7.03.2013

Classroom Motivation: Survivor Games

I've been thinking of ways to motivate students who do not care about grades. This is foreign to me because I always care about grades. Always.

What students do care about is competition, winning, and beating their friends. How can I incorporate this into our every day classroom life?

I give you....

Here are my thoughts so far:

Students are put into tribes/districts that will last the school year. Everything they do matters to the tribe. The tribe will decorate a flag/banner to represent their tribe. How can I hang this somewhere as a marker where students can't advance themselves unfairly?

Each quiz will have three levels of questions: easy, medium, hard. Each member that gets the easy question correct gets to pull a game piece out of the food/drink category. Medium earns you a weapon. Hard earns you a luxury item. So I would literally make game pieces on three different colors of paper and have three containers for students to draw from.
 
Once a week there is a scenario from the faceless society/trial council/capitol such as "There is an extreme drop in temperature. All tribe members must relinquish a parka." Tribes where all members turn in the piece advance while teams who can't stay in place.

So everything that normally happens in the classroom: group work, discussion, problem solving, quizzes, tests, neatness, homework, good questions, good behavior, good attendance, etc is now a chance to win game pieces.

There could be a theme for any given time 1/2/3 weeks where we focus on one thing like 'asks good questions', 'perseveres in problem solving', 'perfect tribe attendance', 'no referrals', etc to earn luxury items.

Logistically, I need some type of game board for students to move along whether physical or technological. Something everyone can see but no one can touch. Ideas?

@heather_kohn suggested an immunity necklace for individual honors. That student may win no homework, honor of tribal leader, immunity from a scenario, sitting in the teacher, chance to randomly advance their team (dice) etc.

I haven't decided if students should move up certain levels like health levels (since I don't want any team to die out on purpose) or move around a map of perilous places (more like The Hunger Games, literally).  Or both.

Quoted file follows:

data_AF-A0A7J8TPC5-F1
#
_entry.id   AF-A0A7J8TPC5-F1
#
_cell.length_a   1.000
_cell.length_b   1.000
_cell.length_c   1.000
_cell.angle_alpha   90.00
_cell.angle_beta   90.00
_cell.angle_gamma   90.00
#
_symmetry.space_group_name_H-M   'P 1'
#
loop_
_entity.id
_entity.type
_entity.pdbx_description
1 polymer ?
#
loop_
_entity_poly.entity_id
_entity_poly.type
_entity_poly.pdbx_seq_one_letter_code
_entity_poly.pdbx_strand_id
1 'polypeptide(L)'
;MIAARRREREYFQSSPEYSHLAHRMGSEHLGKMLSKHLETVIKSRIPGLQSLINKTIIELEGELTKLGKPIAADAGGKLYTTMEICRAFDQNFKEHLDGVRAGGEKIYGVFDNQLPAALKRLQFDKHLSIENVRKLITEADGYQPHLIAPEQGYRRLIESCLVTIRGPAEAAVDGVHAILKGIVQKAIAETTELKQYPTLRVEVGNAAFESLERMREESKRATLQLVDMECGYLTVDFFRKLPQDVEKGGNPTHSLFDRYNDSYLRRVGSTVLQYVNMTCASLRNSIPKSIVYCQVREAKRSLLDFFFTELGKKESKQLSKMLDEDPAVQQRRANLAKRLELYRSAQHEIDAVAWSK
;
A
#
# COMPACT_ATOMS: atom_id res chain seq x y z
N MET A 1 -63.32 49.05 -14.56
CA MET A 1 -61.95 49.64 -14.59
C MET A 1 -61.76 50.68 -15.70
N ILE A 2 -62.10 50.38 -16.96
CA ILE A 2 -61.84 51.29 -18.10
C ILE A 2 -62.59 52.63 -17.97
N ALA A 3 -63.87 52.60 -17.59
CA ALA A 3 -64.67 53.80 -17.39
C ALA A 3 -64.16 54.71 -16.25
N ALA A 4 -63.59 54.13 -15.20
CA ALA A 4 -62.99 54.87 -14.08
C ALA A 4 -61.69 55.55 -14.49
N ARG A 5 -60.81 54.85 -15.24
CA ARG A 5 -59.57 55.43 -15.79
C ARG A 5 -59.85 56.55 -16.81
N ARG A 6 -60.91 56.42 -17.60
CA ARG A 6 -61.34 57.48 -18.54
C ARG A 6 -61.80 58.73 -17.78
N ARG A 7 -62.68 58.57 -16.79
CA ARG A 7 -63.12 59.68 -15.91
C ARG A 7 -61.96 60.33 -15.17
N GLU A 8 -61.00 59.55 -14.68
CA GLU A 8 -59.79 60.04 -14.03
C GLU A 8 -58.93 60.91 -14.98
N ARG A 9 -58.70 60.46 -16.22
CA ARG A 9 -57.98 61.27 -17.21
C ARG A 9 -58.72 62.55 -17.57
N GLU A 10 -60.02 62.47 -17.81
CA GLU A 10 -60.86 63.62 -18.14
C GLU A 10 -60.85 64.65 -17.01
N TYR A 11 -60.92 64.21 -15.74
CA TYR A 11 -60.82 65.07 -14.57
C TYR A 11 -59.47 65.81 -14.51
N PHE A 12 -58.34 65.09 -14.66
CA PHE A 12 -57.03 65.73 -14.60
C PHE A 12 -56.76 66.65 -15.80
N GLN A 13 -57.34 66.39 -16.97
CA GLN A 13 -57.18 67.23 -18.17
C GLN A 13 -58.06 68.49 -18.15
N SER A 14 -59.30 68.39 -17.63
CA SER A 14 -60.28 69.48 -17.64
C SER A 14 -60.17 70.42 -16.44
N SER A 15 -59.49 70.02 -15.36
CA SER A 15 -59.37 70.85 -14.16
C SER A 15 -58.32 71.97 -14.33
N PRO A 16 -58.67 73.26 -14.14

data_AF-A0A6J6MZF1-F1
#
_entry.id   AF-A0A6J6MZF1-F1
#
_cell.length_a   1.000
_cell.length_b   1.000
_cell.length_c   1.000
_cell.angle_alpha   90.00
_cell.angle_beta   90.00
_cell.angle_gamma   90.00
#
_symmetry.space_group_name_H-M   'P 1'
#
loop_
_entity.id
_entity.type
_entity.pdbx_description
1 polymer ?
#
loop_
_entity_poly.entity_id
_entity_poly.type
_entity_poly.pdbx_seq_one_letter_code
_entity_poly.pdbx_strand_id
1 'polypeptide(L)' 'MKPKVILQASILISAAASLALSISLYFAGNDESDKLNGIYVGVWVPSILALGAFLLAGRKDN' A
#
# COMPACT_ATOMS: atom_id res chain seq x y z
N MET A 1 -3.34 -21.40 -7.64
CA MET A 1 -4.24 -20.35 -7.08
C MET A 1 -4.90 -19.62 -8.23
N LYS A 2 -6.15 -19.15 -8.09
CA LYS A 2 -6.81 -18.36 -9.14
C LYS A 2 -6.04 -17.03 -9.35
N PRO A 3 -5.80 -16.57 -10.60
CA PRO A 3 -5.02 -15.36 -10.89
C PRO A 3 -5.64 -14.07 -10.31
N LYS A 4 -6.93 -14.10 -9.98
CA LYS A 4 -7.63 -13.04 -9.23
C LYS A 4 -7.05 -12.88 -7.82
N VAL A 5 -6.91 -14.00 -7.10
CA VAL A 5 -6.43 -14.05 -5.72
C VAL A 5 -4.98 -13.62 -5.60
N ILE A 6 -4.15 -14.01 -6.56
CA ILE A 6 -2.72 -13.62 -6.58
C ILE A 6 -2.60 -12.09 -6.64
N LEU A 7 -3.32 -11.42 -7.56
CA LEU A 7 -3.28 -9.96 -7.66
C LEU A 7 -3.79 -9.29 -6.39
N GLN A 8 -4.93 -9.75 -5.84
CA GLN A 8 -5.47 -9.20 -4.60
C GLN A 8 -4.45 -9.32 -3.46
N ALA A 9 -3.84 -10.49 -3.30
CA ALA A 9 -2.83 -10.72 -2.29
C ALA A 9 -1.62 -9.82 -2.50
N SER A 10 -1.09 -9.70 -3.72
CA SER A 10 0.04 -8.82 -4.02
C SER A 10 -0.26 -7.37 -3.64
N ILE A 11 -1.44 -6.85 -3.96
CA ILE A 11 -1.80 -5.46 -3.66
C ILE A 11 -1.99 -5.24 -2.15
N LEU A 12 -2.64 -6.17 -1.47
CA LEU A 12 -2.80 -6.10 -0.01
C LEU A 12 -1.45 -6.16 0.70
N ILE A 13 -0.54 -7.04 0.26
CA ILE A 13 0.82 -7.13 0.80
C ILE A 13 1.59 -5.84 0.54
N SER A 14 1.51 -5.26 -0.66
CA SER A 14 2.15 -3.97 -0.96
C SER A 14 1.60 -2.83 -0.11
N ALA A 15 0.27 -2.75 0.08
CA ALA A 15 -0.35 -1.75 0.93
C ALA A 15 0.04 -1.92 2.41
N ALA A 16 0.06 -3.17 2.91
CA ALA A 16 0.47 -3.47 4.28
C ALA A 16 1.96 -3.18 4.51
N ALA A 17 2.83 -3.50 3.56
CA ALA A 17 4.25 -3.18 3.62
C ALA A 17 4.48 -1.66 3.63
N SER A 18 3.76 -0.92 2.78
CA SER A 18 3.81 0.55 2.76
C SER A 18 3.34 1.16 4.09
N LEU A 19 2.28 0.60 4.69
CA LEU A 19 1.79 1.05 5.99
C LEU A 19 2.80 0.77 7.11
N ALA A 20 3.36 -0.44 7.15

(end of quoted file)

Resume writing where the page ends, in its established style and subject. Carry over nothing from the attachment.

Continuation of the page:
@TJTerryJo suggested 'extra energy' days where students could do work to catch up and advance their tribes...sounds like reassessing in SBG right?

I also thought I could incorporate bell ringers. Give one problem to each tribe each day and the tribe with most points at the end of the week gets to choose a tool/weapon?

Is this something feasible to keep going for the whole year? I've thought of possible monthly prizes such as: go to lunch early for one week, eat lunch outside for one week, team t-shirts, free snacks for a week, lunch of their choice with the teacher, etc.

But what can I use to motivate students to last through the year? If I give monthly prizes then I have to have an end of year prize. If I don't give monthly prizes, will the idea of winning be enough to make them last the school year?

I'm teaching mostly sophomores and juniors, 15-17 year olds. I'm teaching Algebra II and Geometry. Should all tribes compete against each other regardless of class? Or should Geometry compete only with other Geometry classes and Algebra II with Algebra II? Should I hold out for one overall winner or one from each period? Each class?

I think if I plan enough to last the first semester that suggestions will naturally happen along the way and I can use student input to improve it for the second semester.

I could also offer extra credit like interesting problems for students to solve outside of class in order to earn a luxury item or advance their team.

Overall, I want to promote team work, asking good questions, and persevering in problem solving for students who don't care about grades or doing well in school.

What do you think?



Note: Some ideas came from coolmath's Survivor Algebra.

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